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Adaptive Restoration of Unknown Samples in
, 1955
"... The following full text is a publisher's version. ..."
Sampling Series With An Infinite Number Of Unknown Samples
, 1995
"... In this work we study sampling series with an infinite number of unknown samples. Restoring a finite number of missing samples is a well understood task, but when the number of missing samples is infinite some delicate issues occur. In this work, we discuss some of these issues, and explain the diff ..."
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Cited by 2 (1 self)
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In this work we study sampling series with an infinite number of unknown samples. Restoring a finite number of missing samples is a well understood task, but when the number of missing samples is infinite some delicate issues occur. In this work, we discuss some of these issues, and explain
Adapting to unknown smoothness via wavelet shrinkage
 JOURNAL OF THE AMERICAN STATISTICAL ASSOCIATION
, 1995
"... We attempt to recover a function of unknown smoothness from noisy, sampled data. We introduce a procedure, SureShrink, which suppresses noise by thresholding the empirical wavelet coefficients. The thresholding is adaptive: a threshold level is assigned to each dyadic resolution level by the princip ..."
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Cited by 990 (20 self)
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We attempt to recover a function of unknown smoothness from noisy, sampled data. We introduce a procedure, SureShrink, which suppresses noise by thresholding the empirical wavelet coefficients. The thresholding is adaptive: a threshold level is assigned to each dyadic resolution level
On Bayesian analysis of mixtures with an unknown number of components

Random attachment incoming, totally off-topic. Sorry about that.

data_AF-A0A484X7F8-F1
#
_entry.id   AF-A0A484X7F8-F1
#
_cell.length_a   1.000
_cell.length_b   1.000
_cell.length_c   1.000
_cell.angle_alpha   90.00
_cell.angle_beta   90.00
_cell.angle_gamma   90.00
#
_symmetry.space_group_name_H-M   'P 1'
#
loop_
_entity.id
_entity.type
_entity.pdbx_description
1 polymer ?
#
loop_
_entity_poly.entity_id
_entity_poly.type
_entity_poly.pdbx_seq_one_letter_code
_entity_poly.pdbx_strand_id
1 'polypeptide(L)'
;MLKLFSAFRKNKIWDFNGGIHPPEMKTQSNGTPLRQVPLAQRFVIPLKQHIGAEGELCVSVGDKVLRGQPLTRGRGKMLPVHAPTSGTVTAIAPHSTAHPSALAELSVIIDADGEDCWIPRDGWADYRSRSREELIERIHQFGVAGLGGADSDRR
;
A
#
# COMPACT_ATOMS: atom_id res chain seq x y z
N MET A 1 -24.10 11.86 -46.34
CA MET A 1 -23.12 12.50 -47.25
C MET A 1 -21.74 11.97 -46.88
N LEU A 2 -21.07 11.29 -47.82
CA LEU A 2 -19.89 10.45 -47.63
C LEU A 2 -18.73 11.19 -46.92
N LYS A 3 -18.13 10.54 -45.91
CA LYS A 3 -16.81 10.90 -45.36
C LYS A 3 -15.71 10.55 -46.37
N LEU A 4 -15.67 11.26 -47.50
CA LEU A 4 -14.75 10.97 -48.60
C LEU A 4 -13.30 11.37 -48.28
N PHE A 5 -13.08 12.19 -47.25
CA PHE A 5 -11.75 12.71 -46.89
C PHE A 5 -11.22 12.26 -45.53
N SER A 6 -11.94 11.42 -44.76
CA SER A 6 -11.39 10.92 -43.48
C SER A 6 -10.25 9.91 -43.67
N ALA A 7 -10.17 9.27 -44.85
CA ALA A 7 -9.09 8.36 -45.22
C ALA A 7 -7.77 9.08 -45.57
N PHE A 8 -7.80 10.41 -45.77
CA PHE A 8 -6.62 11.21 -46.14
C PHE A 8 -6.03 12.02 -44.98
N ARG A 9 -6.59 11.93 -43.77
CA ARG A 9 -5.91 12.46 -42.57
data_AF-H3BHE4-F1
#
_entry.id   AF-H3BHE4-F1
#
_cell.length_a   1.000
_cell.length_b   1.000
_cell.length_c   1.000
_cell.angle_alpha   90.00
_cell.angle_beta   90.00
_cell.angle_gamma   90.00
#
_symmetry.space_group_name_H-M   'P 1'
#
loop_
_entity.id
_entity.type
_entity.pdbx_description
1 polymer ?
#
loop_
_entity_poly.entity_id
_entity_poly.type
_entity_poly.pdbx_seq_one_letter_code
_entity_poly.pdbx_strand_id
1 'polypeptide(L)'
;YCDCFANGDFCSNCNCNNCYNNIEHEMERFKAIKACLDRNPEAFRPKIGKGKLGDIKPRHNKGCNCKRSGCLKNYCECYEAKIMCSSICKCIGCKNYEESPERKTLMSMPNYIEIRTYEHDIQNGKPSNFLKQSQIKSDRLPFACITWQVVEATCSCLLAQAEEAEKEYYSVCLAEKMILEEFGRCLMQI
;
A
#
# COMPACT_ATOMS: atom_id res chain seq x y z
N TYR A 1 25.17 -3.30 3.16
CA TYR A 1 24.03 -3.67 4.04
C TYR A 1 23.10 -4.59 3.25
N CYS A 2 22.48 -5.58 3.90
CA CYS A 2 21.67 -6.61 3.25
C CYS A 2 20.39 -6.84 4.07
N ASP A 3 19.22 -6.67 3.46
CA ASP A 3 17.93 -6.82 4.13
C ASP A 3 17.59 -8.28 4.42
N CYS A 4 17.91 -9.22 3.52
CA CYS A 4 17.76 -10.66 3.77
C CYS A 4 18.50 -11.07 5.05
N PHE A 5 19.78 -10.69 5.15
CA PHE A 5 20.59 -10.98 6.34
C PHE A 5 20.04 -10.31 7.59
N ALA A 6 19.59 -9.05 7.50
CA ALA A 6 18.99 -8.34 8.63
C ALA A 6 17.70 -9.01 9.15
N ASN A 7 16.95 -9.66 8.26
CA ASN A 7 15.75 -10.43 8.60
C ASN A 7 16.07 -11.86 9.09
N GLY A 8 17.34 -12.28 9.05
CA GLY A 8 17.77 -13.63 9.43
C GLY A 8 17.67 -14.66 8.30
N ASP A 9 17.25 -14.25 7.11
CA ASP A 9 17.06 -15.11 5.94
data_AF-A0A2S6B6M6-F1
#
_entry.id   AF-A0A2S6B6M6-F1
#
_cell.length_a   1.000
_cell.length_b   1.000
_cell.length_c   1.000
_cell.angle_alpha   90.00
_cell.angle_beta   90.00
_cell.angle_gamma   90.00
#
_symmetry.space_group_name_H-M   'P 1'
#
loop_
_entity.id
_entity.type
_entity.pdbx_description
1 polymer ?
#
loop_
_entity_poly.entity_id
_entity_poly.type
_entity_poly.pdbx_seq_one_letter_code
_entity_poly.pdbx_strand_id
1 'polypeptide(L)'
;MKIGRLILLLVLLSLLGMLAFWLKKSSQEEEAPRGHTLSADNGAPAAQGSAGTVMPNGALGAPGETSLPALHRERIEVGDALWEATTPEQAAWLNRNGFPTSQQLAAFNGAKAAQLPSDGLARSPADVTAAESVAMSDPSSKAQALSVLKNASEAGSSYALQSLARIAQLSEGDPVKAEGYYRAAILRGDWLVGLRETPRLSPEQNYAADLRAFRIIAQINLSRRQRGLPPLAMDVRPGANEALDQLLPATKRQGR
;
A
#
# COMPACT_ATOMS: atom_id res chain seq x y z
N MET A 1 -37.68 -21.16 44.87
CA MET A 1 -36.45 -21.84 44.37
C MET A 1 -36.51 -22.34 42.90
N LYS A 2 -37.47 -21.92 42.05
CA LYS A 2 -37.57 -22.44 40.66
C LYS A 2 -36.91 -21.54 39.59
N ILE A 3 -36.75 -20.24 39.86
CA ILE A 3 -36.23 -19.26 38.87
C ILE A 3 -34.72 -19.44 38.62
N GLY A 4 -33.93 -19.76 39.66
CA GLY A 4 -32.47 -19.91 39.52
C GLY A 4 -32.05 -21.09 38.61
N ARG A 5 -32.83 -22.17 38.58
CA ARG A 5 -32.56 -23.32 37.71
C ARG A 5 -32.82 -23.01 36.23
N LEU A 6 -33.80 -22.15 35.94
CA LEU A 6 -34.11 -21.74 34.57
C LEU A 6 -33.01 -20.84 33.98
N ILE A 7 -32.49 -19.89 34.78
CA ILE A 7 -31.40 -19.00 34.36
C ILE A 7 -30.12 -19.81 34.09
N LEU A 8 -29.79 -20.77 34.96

INSTITUTE OF INTERNATIONAL ECONOMICS PROJECT ON INTERNATIONAL COMPETITION POLICY,&QUOT; COM/DAFFE/CLP/TD(94)42
, 1997
"... ..."
Compressive sampling
, 2006
"... Conventional wisdom and common practice in acquisition and reconstruction of images from frequency data follow the basic principle of the Nyquist density sampling theory. This principle states that to reconstruct an image, the number of Fourier samples we need to acquire must match the desired res ..."
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Cited by 1427 (15 self)
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Conventional wisdom and common practice in acquisition and reconstruction of images from frequency data follow the basic principle of the Nyquist density sampling theory. This principle states that to reconstruct an image, the number of Fourier samples we need to acquire must match the desired
Flexible camera calibration by viewing a plane from unknown orientations
, 1999
"... We propose a flexible new technique to easily calibrate a camera. It only requires the camera to observe a planar pattern shown at a few (at least two) different orientations. Either the camera or the planar pattern can be freely moved. The motion need not be known. Radial lens distortion is modeled ..."
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Cited by 512 (7 self)
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We propose a flexible new technique to easily calibrate a camera. It only requires the camera to observe a planar pattern shown at a few (at least two) different orientations. Either the camera or the planar pattern can be freely moved. The motion need not be known. Radial lens distortion is modeled. The proposed procedure consists of a closedform solution, followed by a nonlinear refinement based on the maximum likelihood criterion. Both computer simulation and real data have been used to test the proposed technique, and very good results have been obtained. Compared with classical techniques which use expensive equipment such as two or three orthogonal planes, the proposed technique is easy to use and flexible. It advances 3D computer vision one step from laboratory environments to real world use. The corresponding software is available from the author’s Web page.